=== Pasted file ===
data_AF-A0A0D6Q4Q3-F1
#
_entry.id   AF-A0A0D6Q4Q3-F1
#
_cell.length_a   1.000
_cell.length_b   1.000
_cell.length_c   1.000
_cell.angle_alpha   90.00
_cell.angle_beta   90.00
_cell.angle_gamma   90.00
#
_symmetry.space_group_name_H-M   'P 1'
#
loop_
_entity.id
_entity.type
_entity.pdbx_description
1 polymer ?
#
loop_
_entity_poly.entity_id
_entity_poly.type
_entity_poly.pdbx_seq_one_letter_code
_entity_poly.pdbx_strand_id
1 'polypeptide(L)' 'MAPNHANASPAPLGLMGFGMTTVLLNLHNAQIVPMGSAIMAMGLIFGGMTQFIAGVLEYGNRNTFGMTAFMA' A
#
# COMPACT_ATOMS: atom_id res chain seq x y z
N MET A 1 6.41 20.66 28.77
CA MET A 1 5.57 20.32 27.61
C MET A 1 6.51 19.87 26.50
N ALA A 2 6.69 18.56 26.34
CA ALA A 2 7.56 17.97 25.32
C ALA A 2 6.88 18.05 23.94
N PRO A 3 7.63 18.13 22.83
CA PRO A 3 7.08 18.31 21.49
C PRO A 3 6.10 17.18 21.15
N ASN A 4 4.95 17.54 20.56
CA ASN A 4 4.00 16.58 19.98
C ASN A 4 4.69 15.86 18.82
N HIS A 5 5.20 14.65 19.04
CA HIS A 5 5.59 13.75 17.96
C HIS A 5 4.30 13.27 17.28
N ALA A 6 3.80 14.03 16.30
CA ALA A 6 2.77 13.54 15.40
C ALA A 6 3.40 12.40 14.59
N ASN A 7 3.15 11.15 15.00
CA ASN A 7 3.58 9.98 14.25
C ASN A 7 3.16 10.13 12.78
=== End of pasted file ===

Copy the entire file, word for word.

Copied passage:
data_AF-A0A0D6Q4Q3-F1
#
_entry.id   AF-A0A0D6Q4Q3-F1
#
_cell.length_a   1.000
_cell.length_b   1.000
_cell.length_c   1.000
_cell.angle_alpha   90.00
_cell.angle_beta   90.00
_cell.angle_gamma   90.00
#
_symmetry.space_group_name_H-M   'P 1'
#
loop_
_entity.id
_entity.type
_entity.pdbx_description
1 polymer ?
#
loop_
_entity_poly.entity_id
_entity_poly.type
_entity_poly.pdbx_seq_one_letter_code
_entity_poly.pdbx_strand_id
1 'polypeptide(L)' 'MAPNHANASPAPLGLMGFGMTTVLLNLHNAQIVPMGSAIMAMGLIFGGMTQFIAGVLEYGNRNTFGMTAFMA' A
#
# COMPACT_ATOMS: atom_id res chain seq x y z
N MET A 1 6.41 20.66 28.77
CA MET A 1 5.57 20.32 27.61
C MET A 1 6.51 19.87 26.50
N ALA A 2 6.69 18.56 26.34
CA ALA A 2 7.56 17.97 25.32
C ALA A 2 6.88 18.05 23.94
N PRO A 3 7.63 18.13 22.83
CA PRO A 3 7.08 18.31 21.49
C PRO A 3 6.10 17.18 21.15
N ASN A 4 4.95 17.54 20.56
CA ASN A 4 4.00 16.58 19.98
C ASN A 4 4.69 15.86 18.82
N HIS A 5 5.20 14.65 19.04
CA HIS A 5 5.59 13.75 17.96
C HIS A 5 4.30 13.27 17.28
N ALA A 6 3.80 14.03 16.30
CA ALA A 6 2.77 13.54 15.40
C ALA A 6 3.40 12.40 14.59
N ASN A 7 3.15 11.15 15.00
CA ASN A 7 3.58 9.98 14.25
C ASN A 7 3.16 10.13 12.78